Number six, this is when I've used a lot myself. I do this with my family all the time. Whenever I get to the point where I feel like it's time, I just get up and start turning the lights off. That's kind of the opposite of the other one. We'll have a party at my house, a bunch of my family are there, I've got nine siblings, and they all have spouses. They all have kids. It gets overwhelming pretty quickly, but I'll just go outside where the lights are on, turn those off, and the room next door, I'll turn that off and then they'll kind of get the hint. So, turning the lights out can be helpful. I have another one later that's even more extreme than that.

Another one, it's pretty common and I think it works pretty well, is you start cleaning up after yourself. Everyone's still talking. Be like, "Oh, I'm going to take the plates away and put some of these empty cans in the garbage." And the next thing is I also start putting food in the to-go containers. And you kind of look at people, "Oh, would you like to take this food when you leave?" That's a good one. You don't have to be so obvious.

Number four way to encourage your guests to leave your party. This is a good one. Bring up a very boring topic. Now this takes a little thought. It's not always obvious what is boring to someone else. I might know something that's boring to me, but that might be exciting to someone else. You have to be a little careful in this method. It might backfire. But here are some suggestions for the topics that tend to be pretty boring for almost everybody. One is how to pick out a life insurance policy. That sounds pretty boring to me. How about how many types of glue there are and how does glue actually work? Now that sounds pretty boring.

And the last boring topic I have for me at least is just talk about the latest celebrity couple breakup. I couldn't care less really, whether so-and-so, two actors or singers are breaking up. It's like, ugh, nonsense and a waste of time to me. But get as boring as you can. And again, these aren't mean in any way.

Okay, now we're getting a little more drastic. The number three way to get people to leave your party is to sneak out of the room and cut the main breakers to the whole house or to your apartment. Everyone's going to be in the dark at that point. Now they're going to want to try and fix the problem. So, you have to have a story to go with it, like telling your guests that it's part of rolling blackouts in your community. They usually last 30 to 45 minutes, but they can be longer. So yeah, maybe you should just take off, but it'll be fine. I thought that was a good one. Again, I was doing some research for some of these, so these are good.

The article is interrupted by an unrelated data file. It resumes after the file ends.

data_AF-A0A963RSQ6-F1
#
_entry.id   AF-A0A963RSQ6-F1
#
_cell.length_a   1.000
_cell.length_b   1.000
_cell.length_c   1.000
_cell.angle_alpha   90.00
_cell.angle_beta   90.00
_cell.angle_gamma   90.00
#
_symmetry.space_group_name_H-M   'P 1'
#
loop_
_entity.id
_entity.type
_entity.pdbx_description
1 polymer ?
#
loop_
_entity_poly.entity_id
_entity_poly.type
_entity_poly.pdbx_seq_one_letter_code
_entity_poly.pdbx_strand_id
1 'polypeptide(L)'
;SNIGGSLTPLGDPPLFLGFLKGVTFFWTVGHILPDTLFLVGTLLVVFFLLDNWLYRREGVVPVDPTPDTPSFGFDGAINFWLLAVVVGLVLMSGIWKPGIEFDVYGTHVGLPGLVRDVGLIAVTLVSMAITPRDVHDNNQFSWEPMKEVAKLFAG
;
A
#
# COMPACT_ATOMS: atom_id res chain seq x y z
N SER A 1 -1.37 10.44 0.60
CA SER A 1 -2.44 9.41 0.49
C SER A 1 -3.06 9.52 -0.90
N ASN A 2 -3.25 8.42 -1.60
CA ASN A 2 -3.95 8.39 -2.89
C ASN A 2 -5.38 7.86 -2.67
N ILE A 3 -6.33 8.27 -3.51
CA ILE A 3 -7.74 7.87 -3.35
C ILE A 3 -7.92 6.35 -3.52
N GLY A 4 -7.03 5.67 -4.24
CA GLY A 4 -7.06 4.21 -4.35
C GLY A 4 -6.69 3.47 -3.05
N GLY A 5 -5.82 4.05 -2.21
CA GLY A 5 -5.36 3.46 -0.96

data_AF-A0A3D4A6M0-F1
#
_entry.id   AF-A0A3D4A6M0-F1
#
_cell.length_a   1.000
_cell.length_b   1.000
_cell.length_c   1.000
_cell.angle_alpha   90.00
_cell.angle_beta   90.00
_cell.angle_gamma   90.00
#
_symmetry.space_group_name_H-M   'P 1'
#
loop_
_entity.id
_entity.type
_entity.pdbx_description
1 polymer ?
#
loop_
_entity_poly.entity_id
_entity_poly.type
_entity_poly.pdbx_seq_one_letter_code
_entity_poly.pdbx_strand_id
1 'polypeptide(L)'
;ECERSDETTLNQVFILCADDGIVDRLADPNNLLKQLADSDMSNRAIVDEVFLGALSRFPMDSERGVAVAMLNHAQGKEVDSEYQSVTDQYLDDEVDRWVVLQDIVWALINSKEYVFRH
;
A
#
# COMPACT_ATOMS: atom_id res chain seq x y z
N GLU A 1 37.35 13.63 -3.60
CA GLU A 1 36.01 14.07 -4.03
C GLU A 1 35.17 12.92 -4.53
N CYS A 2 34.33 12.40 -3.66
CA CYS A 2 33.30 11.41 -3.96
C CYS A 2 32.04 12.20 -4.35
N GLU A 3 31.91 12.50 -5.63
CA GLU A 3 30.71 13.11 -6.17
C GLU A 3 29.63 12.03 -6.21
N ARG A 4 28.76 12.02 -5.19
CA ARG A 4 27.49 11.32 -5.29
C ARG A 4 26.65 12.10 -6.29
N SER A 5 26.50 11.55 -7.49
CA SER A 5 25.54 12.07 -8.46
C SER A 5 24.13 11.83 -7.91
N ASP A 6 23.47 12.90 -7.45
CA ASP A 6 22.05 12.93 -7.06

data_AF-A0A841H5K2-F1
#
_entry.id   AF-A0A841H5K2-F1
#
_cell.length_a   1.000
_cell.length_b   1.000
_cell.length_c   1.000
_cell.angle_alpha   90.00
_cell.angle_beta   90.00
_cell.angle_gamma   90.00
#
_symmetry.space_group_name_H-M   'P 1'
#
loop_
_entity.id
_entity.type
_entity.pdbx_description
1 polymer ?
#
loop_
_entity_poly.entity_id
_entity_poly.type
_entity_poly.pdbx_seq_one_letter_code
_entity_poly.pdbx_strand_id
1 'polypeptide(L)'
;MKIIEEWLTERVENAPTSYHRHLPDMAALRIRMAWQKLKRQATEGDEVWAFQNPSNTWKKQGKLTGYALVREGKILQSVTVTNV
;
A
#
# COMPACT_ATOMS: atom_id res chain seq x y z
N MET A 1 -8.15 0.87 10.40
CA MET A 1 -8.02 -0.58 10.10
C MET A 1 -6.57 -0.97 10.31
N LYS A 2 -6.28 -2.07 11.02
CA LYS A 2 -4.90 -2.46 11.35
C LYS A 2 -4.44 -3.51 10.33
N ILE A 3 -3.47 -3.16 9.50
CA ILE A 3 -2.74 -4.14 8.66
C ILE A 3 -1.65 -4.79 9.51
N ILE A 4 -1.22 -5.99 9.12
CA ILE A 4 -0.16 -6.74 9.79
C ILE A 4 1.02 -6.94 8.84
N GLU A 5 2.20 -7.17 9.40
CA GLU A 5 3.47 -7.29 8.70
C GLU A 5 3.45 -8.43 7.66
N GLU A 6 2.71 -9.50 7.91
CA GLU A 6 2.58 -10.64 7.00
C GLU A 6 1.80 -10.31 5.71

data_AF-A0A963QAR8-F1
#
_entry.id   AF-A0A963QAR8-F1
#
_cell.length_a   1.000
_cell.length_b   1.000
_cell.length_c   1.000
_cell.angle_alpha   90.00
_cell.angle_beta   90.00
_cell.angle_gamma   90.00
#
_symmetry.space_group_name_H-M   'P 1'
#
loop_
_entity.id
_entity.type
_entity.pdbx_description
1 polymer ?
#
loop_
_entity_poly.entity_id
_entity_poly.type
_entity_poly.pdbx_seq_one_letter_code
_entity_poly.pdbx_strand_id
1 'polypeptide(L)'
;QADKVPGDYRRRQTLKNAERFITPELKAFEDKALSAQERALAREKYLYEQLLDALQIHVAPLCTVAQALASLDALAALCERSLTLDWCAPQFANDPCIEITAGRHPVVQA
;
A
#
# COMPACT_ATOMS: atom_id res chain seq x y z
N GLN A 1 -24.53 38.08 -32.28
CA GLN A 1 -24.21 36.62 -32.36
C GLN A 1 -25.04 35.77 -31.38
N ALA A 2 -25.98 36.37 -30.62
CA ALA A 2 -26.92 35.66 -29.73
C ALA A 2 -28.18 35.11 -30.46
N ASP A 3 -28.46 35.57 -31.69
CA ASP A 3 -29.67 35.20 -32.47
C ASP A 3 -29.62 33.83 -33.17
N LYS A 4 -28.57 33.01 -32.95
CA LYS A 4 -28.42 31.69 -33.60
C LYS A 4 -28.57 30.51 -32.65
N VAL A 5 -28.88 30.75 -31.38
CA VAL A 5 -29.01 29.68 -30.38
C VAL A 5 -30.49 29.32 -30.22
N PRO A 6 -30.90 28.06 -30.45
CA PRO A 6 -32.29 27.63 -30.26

All right, the second top way to get your guests to leave is tell everybody, because it's usually at night. Tell everybody if there's a fireworks display and it's going to be nearby, close by in about 10 minutes and they can probably see it from your yard. So, everyone marches out, and then once they're all out there in the yard, you can lock the doors, turn out your lights and call it good. Or if you want, you can just go out there and say "Actually that's next week" or "Oh no, that's tomorrow." Whatever it might be. And you'll be like, "Well, you're all here. Here's your to-go food. Thanks for coming and we'll see you next time."

But I like the number one way to encourage your guests to leave a party because it's insidious and they can't necessarily point the fingers at you unless they catch you doing it. And that is just to go to where the thermostat is. And about 30 minutes before you want your guests to leave, just crank that up by about three or four degrees, depending on the normal temperature in your home. And what happens is people get warm, they get a little uncomfortable, and they might even start yawning because a lot of times that warmth will bring on some fatigue and some tiredness.

Sometimes it doesn't work right away, so you have to sneak away again and turn it up maybe another three or four degrees, but it's very insidious. Usually, they'll just say "I think it's time to go. I'm getting sleepy, thanks for everything." And they'll be marching out and they'll have no idea that you were sort of helping them along.

That's it. That's my top 10 list of how to encourage your guests to leave after a party. I hope you found the information today useful for your future holiday get togethers. Next week I'll be back to my usual format.